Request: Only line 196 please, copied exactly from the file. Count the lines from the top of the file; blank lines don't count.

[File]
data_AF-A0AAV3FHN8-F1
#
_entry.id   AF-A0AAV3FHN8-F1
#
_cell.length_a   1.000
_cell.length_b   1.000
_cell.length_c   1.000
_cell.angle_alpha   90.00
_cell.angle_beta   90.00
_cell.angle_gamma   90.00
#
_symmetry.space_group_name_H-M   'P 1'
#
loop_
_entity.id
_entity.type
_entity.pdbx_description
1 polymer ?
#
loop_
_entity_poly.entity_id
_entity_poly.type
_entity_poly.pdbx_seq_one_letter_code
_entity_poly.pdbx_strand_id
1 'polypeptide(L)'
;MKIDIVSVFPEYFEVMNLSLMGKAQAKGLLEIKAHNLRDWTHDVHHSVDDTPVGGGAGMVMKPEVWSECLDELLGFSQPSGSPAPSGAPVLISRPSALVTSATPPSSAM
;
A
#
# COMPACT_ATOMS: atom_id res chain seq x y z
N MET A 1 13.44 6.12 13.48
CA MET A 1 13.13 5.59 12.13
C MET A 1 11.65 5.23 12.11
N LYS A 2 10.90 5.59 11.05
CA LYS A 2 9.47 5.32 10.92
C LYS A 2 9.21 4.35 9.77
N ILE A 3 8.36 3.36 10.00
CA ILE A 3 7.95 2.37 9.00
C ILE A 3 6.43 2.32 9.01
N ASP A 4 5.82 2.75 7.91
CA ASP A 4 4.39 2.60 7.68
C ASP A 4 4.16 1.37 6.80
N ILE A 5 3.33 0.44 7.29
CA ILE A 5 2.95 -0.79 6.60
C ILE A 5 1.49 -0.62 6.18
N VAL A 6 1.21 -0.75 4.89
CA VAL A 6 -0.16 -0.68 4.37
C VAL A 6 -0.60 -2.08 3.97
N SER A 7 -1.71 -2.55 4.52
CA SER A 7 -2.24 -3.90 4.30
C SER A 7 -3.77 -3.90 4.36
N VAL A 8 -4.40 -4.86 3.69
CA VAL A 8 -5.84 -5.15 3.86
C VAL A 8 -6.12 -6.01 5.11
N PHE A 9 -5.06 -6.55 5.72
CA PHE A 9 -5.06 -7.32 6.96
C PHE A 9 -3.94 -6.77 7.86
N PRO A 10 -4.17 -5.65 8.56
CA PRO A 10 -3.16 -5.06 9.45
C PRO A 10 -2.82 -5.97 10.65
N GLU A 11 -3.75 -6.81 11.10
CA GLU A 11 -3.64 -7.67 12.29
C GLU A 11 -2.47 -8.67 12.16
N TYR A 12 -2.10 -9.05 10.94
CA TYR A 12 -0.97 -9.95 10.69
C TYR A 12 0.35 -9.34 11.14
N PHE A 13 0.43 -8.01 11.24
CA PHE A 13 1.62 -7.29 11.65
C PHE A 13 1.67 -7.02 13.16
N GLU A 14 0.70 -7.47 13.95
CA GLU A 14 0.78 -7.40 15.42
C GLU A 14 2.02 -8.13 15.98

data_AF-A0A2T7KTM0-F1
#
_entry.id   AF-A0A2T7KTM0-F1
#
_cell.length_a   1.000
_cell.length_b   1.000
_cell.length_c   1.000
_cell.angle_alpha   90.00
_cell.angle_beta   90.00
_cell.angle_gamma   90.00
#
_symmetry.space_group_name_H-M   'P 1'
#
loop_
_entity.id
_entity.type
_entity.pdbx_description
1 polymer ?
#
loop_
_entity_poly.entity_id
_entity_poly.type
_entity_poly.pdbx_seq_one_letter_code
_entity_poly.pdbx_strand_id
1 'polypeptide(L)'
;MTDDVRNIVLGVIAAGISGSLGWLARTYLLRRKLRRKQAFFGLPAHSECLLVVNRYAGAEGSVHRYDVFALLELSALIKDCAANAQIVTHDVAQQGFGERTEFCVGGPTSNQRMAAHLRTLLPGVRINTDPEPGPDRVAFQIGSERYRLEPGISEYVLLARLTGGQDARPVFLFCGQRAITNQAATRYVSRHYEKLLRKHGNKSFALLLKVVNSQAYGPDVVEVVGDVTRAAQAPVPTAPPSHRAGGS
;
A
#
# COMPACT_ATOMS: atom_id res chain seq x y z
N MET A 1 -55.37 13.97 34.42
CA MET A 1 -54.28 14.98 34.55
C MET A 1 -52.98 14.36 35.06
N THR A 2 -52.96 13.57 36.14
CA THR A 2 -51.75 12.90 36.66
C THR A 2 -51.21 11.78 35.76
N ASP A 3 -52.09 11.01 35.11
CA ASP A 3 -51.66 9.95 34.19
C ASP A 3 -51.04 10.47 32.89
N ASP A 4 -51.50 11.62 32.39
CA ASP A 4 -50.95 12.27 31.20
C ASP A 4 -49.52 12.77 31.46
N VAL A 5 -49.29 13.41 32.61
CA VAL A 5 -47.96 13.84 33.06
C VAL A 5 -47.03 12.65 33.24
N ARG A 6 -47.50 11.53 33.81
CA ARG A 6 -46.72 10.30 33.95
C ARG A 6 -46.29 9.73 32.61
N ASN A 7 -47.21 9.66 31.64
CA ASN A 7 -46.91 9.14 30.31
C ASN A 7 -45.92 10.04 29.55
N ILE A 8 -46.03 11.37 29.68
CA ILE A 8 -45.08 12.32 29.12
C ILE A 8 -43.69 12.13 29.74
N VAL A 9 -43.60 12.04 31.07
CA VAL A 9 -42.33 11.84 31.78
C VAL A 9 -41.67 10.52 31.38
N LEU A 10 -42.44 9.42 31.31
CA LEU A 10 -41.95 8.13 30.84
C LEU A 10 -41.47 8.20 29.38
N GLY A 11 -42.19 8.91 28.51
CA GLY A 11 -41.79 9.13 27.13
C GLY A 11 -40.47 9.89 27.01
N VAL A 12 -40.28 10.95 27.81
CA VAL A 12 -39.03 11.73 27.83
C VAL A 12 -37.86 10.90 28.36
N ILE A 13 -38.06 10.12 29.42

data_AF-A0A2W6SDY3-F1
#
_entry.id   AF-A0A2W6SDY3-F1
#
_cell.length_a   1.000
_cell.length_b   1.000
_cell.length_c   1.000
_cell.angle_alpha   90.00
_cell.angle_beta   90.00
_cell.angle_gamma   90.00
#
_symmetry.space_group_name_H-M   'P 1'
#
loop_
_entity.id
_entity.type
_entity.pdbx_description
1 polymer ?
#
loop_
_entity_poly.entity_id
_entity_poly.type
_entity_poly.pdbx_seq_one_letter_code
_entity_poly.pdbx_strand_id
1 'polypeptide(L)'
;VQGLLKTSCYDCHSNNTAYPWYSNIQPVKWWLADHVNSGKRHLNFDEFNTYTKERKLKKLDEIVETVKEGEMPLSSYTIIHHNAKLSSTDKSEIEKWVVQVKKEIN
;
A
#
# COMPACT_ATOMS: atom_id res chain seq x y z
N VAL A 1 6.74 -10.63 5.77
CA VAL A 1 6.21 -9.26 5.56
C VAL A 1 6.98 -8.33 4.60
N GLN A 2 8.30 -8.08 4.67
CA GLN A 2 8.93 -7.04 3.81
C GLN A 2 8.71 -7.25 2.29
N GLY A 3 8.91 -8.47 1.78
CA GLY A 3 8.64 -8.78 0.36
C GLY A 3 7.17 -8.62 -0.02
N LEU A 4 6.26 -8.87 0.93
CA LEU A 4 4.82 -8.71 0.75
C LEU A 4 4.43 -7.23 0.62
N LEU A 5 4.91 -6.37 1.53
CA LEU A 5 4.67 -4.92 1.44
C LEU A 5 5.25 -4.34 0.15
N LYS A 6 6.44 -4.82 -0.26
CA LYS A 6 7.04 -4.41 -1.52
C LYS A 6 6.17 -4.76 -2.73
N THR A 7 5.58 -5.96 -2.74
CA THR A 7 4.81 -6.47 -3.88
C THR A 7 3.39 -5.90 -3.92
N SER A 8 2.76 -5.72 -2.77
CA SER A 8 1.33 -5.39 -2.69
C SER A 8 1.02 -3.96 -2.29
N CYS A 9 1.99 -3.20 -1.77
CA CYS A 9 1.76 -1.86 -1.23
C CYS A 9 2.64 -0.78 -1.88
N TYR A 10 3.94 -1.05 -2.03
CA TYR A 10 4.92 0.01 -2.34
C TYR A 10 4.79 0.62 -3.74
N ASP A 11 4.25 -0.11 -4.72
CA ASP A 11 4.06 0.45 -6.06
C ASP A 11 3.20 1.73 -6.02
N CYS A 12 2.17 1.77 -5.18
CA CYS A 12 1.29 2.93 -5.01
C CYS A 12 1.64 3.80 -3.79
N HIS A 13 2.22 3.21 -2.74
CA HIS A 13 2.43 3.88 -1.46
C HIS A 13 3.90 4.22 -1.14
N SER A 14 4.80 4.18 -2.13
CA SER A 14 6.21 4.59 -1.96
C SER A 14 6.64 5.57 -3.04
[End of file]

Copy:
C CYS A 9 2.64 -0.78 -1.88